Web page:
The King’s Man surprisingly focuses a great deal on family. Orlando Oxford also sports an insecurity of being a loving father to Conrad Oxford (played by Harris Dickinson). As the young Conrad grows up, so does his father’s will to keep his son from harm. A rushed prologue barely establishes Orlando’s reasoning. But ultimately, both stars go from one set piece to another. Fiennes acts as this film’s Colin Firth. Much as Galahad mentoring Eggsy, Orlando does the same for his son. Except there’s a bigger attachment for Orlando to protect his son from the danger he also puts him in. The King’s Man shows Conrad spy material and training through his father. But it’s pointless when Orlando switches gears to an overprotective father.
The King’s Man does take considerable effort in developing Orlando and Colin. So much that its sparing action scenes have weight to them. Ironically, the film’s other leads are reserved for those rare moments too. Polly Wilkins (played by Gemma Arterton), the Oxford’s nanny, doesn’t exactly get enough screen time. Save for her moments of organizing missions. Even stepping in to save the day with a nice twist. But her one-liners are far too few. Audiences might keep an eye on Shola as Djimon Hounsou shares a bit more chemistry with Conrad. The prologue makes an effort to establish Shola’s compassion; something that manages to carry over to a teenage Conrad.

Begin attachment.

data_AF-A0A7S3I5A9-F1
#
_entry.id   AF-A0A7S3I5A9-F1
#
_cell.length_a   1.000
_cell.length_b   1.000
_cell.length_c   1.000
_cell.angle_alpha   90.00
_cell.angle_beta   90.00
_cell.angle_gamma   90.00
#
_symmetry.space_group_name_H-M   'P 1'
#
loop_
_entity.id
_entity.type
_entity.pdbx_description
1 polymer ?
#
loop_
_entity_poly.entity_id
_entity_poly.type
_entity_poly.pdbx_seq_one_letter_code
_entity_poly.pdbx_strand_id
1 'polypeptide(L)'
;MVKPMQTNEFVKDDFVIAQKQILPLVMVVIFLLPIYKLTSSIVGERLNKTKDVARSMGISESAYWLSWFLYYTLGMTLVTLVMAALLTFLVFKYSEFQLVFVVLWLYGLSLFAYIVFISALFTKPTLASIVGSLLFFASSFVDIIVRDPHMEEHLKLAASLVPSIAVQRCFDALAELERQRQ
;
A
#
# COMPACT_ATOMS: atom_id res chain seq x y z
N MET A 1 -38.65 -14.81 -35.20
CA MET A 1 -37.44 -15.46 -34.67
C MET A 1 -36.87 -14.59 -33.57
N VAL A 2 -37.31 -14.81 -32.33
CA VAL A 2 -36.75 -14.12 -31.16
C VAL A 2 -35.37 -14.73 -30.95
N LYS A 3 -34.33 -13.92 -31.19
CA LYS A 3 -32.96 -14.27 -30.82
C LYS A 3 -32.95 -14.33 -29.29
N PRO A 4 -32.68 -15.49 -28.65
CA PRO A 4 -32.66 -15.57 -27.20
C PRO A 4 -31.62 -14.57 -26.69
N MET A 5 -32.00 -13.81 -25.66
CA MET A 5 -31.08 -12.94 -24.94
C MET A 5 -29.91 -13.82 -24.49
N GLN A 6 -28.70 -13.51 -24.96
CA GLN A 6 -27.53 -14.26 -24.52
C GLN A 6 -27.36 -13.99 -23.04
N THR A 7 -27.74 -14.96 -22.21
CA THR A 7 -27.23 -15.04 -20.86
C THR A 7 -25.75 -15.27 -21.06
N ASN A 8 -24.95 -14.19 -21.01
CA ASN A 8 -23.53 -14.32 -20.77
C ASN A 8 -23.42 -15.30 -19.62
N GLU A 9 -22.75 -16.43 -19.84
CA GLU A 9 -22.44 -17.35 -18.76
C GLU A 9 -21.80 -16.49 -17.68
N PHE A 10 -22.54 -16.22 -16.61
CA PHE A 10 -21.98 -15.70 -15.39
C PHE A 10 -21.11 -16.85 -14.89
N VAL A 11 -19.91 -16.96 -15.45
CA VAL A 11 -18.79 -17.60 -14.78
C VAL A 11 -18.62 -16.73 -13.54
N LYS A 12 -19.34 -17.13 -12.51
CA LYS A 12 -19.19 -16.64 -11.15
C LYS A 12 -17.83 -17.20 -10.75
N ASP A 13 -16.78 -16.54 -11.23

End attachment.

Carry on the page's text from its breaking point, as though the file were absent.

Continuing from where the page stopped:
Shola and Polly are mainly reserved for The King’s Man’s action scenes. Most notably, when the world plunges into the First World War. Here, the film draws its essence from history. There’s a bit of a story boost from seeing the leads hit the ground running. But on the trips to Europe, Vaughn misses the opportunity to establish modern Kingsman tropes. Specifically with the tacked-on tailor shop or “manners maketh man.” Instead, The King’s Man unevenly throws viewers from meaningless dialogue to mindless action. It’s worth mentioning that Conrad isn’t being used to his full potential. The Secret Service was able to bring Eggsy’s training to full circle near the end. But Vaughn somehow loses this technique of sewing character development and action in The King’s Man.
“The King’s Man does little to nothing to push the series forward.”